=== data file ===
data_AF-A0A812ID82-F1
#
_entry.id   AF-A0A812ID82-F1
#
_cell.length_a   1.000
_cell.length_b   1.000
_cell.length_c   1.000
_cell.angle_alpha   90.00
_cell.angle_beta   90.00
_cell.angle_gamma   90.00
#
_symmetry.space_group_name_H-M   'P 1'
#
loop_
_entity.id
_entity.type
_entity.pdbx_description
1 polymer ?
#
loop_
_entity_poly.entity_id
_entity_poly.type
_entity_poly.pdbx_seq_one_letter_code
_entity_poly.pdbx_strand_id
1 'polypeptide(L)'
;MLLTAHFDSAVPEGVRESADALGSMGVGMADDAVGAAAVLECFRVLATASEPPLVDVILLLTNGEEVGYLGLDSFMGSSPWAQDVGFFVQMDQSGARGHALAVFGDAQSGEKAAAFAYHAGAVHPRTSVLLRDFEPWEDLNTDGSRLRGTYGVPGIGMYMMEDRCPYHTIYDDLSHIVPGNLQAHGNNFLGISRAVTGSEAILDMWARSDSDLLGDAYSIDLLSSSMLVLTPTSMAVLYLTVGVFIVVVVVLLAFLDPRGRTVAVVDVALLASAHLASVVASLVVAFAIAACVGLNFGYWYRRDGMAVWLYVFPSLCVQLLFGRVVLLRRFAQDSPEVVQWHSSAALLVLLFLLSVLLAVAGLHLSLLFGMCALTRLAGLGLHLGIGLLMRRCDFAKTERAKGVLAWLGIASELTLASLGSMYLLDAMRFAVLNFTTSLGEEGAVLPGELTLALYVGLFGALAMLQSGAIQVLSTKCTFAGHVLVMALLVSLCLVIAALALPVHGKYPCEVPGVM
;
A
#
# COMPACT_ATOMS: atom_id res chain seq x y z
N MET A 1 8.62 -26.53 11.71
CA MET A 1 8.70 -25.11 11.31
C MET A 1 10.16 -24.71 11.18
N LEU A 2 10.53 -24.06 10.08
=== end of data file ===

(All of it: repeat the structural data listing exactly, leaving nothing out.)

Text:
data_AF-A0A812ID82-F1
#
_entry.id   AF-A0A812ID82-F1
#
_cell.length_a   1.000
_cell.length_b   1.000
_cell.length_c   1.000
_cell.angle_alpha   90.00
_cell.angle_beta   90.00
_cell.angle_gamma   90.00
#
_symmetry.space_group_name_H-M   'P 1'
#
loop_
_entity.id
_entity.type
_entity.pdbx_description
1 polymer ?
#
loop_
_entity_poly.entity_id
_entity_poly.type
_entity_poly.pdbx_seq_one_letter_code
_entity_poly.pdbx_strand_id
1 'polypeptide(L)'
;MLLTAHFDSAVPEGVRESADALGSMGVGMADDAVGAAAVLECFRVLATASEPPLVDVILLLTNGEEVGYLGLDSFMGSSPWAQDVGFFVQMDQSGARGHALAVFGDAQSGEKAAAFAYHAGAVHPRTSVLLRDFEPWEDLNTDGSRLRGTYGVPGIGMYMMEDRCPYHTIYDDLSHIVPGNLQAHGNNFLGISRAVTGSEAILDMWARSDSDLLGDAYSIDLLSSSMLVLTPTSMAVLYLTVGVFIVVVVVLLAFLDPRGRTVAVVDVALLASAHLASVVASLVVAFAIAACVGLNFGYWYRRDGMAVWLYVFPSLCVQLLFGRVVLLRRFAQDSPEVVQWHSSAALLVLLFLLSVLLAVAGLHLSLLFGMCALTRLAGLGLHLGIGLLMRRCDFAKTERAKGVLAWLGIASELTLASLGSMYLLDAMRFAVLNFTTSLGEEGAVLPGELTLALYVGLFGALAMLQSGAIQVLSTKCTFAGHVLVMALLVSLCLVIAALALPVHGKYPCEVPGVM
;
A
#
# COMPACT_ATOMS: atom_id res chain seq x y z
N MET A 1 8.62 -26.53 11.71
CA MET A 1 8.70 -25.11 11.31
C MET A 1 10.16 -24.71 11.18
N LEU A 2 10.53 -24.06 10.08